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haphazardlynamed

Planetary Terrain Idea

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I was just thinking about how to implement a planetary terrain. (have not done one before, considering the options and have an idea that might be new) From what I have seen, most used techniques involve subdividing either a cube or icosahedron from global down to local scale, using ROAM variants... Now, what bothers me about this is that they are CPU intensive, and the resulting mesh does not immediatly stream to video card like a flat square heightmap would. Consider my idea then: On a local scale the world is flat, a heightmap is a good approximation. Unfortunatly a square heightmap does not map to a sphere without horrendous distortion. An icosahedron has 20 equal triangular faces. A square heightmap can easily be made triangular by offsetting row coordinates and discarding half of the square. Now we cannot simply make 20 triangle-heightmaps into an icosahedron and call it a world; because the subtriangles on each face need to be pushed out to match planetary radius. A problem here is that such an action distorts the triangles; they are not all equilateral or even in a flat regular grid spacing anymore if you do that. So, what if we 'cheat'; have 20 triangular Flat heightmaps. Where they truly are flat and regular; and have the edge of one link to the next and so on in a icosahedral graph. Then, to account for the curvature of the world, and the distortion of those triangles had they truly been on a curved surface; we 'nudge' the player's(and NPCs) velocity/path calculations to give the effects expected on a curved world - parralel lines will intersect, etc. So basically, the game physics calculations take place on a sphere, but the Rendering takes place on a truly flat local heightmap (for fast and easy rendering) This should work for a near-ground based player; for transitions between surface and orbit some intermediary graphic will be needed. What do you think of my proposal? Physics of a round world, with the rendering of a flat one. My only barrier is a lack of the formal mathematics. I dont know how to accomplish the velocity/path 'nudge' feature to induce sphere-like distortions. But perhaps some of you who know more can comment on the feasability. Thanks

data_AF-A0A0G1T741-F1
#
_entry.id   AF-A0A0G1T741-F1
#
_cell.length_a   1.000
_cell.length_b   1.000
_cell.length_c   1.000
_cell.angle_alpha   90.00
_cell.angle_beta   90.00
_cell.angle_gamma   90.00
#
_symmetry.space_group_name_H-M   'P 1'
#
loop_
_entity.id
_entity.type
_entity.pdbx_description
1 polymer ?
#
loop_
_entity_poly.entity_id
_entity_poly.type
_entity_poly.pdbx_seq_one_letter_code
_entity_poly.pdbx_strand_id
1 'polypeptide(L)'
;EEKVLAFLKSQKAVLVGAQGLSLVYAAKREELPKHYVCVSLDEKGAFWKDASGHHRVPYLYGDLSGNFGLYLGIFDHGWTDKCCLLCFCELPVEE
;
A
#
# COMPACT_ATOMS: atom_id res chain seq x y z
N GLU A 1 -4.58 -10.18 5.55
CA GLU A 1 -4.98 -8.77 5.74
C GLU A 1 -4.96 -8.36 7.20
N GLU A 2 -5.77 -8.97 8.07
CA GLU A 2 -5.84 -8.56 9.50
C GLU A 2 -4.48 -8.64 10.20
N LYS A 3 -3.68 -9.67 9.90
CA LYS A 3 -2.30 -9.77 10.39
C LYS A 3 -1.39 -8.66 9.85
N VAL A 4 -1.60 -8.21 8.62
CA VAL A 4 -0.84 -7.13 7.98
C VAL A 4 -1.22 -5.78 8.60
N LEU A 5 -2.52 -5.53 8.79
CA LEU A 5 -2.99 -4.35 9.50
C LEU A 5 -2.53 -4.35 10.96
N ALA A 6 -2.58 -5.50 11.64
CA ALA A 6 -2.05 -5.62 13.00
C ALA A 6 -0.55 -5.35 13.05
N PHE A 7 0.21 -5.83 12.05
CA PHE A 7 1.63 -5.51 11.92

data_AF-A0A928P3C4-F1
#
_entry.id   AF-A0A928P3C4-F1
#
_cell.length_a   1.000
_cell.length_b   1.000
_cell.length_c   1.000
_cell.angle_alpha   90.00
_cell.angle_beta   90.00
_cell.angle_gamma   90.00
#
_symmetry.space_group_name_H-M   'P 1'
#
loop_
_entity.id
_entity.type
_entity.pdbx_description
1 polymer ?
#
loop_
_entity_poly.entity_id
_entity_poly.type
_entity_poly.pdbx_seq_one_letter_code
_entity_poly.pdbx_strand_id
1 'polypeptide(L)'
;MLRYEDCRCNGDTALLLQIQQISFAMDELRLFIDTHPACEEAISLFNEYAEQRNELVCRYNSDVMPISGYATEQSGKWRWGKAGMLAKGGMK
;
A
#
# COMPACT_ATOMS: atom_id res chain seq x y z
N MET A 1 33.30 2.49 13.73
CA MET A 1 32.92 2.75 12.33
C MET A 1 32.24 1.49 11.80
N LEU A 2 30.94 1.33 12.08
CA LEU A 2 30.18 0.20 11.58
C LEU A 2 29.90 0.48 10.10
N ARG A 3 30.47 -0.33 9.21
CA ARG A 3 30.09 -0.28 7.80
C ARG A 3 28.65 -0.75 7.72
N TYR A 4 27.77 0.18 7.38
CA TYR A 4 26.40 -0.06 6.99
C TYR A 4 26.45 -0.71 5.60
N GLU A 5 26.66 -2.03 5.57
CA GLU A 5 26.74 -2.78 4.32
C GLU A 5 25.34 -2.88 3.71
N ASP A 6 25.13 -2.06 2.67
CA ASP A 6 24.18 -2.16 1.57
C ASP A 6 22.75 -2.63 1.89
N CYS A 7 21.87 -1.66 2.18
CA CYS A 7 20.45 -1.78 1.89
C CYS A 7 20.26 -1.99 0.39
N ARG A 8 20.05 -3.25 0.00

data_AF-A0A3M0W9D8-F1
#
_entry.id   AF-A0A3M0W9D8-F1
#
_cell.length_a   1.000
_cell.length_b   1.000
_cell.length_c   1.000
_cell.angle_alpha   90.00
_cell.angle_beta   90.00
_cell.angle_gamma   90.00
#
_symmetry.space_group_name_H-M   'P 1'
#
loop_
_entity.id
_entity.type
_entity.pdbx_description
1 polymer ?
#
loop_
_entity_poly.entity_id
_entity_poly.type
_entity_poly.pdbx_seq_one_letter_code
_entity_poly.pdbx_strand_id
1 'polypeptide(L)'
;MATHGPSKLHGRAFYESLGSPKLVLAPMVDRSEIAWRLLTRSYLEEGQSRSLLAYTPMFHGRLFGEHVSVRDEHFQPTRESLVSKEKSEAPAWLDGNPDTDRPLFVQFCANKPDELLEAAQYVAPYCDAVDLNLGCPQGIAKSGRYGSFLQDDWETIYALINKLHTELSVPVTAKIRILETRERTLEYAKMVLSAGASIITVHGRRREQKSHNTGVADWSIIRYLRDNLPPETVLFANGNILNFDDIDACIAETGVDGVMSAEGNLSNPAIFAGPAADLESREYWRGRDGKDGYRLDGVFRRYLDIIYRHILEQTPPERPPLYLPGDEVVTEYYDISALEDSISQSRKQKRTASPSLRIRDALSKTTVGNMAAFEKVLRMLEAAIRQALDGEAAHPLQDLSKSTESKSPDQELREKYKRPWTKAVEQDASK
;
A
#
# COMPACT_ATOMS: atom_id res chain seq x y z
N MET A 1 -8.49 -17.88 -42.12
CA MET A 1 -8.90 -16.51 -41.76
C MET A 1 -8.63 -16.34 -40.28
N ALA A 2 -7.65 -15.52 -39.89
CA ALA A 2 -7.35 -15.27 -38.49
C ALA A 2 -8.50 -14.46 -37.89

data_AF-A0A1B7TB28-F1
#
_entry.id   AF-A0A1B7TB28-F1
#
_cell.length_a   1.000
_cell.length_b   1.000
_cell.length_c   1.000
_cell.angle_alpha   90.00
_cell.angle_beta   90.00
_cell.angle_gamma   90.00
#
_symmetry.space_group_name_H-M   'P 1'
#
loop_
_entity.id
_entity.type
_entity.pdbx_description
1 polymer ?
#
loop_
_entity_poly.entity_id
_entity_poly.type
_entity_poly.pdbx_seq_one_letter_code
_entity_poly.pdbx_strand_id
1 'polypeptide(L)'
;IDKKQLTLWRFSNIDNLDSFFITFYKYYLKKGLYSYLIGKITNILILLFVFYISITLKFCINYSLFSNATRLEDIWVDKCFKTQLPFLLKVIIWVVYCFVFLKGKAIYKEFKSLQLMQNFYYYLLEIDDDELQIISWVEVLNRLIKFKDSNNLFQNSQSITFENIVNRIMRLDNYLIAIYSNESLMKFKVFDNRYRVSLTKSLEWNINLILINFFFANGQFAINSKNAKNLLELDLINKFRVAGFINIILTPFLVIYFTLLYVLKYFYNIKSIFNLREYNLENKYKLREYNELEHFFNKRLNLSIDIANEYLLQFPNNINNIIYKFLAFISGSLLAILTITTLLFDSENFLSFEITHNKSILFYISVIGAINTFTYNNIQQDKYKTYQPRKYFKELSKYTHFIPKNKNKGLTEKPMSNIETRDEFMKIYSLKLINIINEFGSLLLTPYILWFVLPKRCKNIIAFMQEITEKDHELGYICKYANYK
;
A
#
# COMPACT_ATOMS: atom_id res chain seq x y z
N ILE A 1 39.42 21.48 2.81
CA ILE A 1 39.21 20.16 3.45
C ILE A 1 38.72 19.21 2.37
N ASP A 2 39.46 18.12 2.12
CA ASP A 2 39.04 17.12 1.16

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Quote:
Original post by haphazardlynamed
My only barrier is a lack of the formal mathematics. I dont know how to accomplish the velocity/path 'nudge' feature to induce sphere-like distortions. But perhaps some of you who know more can comment on the feasability.

Mathematically speaking your talking about doing physics computations on a curved space, which has a non-Euclidean metric. For a constant radius of curvature this isn't too ugly mathematically, but computationally more expensive programming-wise, since you can't get away with many of the optimisation tricks we use for programming in Euclidean spaces.

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